Schulenberg’s Page: New York, Part CLXXI

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So we woke up and found ourselves in 1970! Remarkably — we had survived the Sixties!

Beginning with President John F. Kennedy inspiring and changing the outlook and prospects of most young Americans, we had ended up on the moon but because of the Vietnam War and so much chaos, many young Americans wished that the government had gone into space along with the astronauts and been left there!

We were sadder but if not wiser, certainly more cynical! And angrier!

How could the early grace and hope have so quickly been subverted by such trivialities as war, deaths of young warriors, cults, assassinations of leaders and disbelieving distrust of the government?

That was the mood. Happy New Year! Would it be?

Annie Rieger drew my picture.

I met with friends at the Brasserie thinking it might be an optimistic way to start the decade. Gene Narmore (in the middle) had taken to calling himself Miles High to reflect a certain mood that was in the air.

Afterwards, we ended up at a new place that had recently opened called the Country Cousin.

In a sad post script to the ’60s, we heard that Sam Yasgur, the man on whose dairy farm the Woodstock Festival had been held, was being sued by neighboring farmers for damages caused to their property.

Yasgur’s dairy farm had been virtually destroyed but he sympathized with the young people.

The Yasgur farm before the festival.

Some things in my Yorkville neighborhood didn’t change. The L & H German Restaurant and Bakery still had the sturdy German woman selling bakery goods and there were still Hungarian customers filling the tables.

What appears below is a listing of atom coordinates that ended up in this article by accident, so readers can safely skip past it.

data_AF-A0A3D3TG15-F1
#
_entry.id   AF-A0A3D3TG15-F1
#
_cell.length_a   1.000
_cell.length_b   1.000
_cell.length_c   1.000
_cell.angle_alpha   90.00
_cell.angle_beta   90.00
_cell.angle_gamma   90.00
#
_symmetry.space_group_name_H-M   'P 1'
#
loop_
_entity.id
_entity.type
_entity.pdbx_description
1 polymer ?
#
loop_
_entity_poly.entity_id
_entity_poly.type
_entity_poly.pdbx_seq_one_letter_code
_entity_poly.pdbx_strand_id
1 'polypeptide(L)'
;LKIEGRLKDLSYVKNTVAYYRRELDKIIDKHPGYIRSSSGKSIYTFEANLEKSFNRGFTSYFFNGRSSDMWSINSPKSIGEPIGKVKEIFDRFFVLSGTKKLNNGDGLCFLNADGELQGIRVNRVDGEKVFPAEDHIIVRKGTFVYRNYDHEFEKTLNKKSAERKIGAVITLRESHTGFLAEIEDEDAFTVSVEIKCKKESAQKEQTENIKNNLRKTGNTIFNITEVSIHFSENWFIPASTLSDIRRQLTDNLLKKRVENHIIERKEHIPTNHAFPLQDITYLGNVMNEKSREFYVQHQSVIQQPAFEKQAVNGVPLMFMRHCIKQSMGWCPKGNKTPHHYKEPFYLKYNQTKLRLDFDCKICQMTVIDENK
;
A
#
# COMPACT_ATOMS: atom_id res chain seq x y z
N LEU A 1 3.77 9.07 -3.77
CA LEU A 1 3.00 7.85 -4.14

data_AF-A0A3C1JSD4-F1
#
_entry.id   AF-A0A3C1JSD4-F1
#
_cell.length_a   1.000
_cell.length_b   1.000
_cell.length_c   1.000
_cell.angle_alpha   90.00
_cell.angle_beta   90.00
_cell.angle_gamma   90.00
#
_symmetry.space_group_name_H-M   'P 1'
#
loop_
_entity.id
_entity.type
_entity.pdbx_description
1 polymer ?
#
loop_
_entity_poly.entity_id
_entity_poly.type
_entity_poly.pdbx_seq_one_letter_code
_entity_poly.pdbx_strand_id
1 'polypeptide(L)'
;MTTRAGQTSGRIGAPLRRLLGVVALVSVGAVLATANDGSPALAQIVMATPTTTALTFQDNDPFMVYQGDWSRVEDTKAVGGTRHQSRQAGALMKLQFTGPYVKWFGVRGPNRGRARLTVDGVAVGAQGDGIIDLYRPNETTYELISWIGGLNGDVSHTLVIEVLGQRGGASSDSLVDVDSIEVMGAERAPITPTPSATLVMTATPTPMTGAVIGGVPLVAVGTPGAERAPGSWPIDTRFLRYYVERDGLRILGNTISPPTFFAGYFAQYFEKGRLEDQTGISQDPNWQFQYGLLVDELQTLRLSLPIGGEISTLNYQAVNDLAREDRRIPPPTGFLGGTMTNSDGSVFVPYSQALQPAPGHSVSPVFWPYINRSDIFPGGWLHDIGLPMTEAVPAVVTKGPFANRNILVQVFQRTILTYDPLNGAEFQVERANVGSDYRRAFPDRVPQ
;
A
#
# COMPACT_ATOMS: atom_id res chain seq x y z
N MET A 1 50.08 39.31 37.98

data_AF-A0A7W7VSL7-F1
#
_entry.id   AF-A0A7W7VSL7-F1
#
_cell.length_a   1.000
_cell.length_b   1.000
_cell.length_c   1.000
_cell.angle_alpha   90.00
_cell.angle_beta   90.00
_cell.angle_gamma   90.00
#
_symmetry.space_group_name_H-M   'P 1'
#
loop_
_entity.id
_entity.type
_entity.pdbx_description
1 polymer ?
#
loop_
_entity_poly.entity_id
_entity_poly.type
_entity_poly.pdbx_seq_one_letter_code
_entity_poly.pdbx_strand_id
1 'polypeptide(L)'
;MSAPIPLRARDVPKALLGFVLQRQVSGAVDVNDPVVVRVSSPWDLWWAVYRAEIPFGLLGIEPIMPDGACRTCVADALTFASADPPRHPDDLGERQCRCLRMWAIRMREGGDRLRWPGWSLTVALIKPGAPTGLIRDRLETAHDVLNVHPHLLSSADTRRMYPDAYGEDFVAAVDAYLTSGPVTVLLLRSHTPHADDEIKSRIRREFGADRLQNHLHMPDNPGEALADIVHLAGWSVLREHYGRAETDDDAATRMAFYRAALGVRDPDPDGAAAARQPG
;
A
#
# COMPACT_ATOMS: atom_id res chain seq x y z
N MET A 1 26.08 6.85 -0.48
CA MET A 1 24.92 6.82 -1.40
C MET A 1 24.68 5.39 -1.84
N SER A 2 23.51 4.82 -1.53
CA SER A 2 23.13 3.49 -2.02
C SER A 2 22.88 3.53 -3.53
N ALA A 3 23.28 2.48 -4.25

And there was still the tiny Kis Little Hungarian Restaurant on Second Avenue around the corner from my apartment.

Paul Bartel invited me to his apartment to meet Bob Bailin, a young cinematographer he’d recently met. Bailin would go on to work on several Superman movies and other major studio films. Another young man was named Moeller but I didn’t get his first name.

Bob Bailin and Mr. Moeller.

A few nights later I went downtown to Max’s Kansas City with friends.

The artists who were still coming and in the back room’s inner sanctum were the Warhol superstars; or what was left of them!

Jackie Curtis was there in full drag as his Warhol persona. Was it really ten years earlier when I’d just moved to New York and living in Greenwich Village that he was a fresh faced local kid — one of the regulars I’d see everywhere?

My brother was in New York again working at Columbia Records and his good friend, Dan Simon, a lawyer like my brother, was in town also. I’d brought him down to Max’s as it had been getting so much press he was curious to see what all the noise was about.

He saw.

After a bit we went uptown to meet my brother at Elaine’s, the total opposite of Max’s.

My brother Richard was already there visiting with Elaine.

Elaine’s ex-bartender and some said boyfriend, Jack Allen, had bought The Four Oaks in Beverly Glen, Bel Air.

It had been an old resort restaurant and small hotel and Jack wanted to restore and reopen it. My brother and his wife Nancy and two-year-old daughter lived directly across the road from it and my brother had helped Jack with some legal details.  Jack had told Elaine about it so she greeted Rich with genuinely open arms!

We got a very good table in the middle of all the activity and Dan had gotten an unusually good dose of New York by Night!

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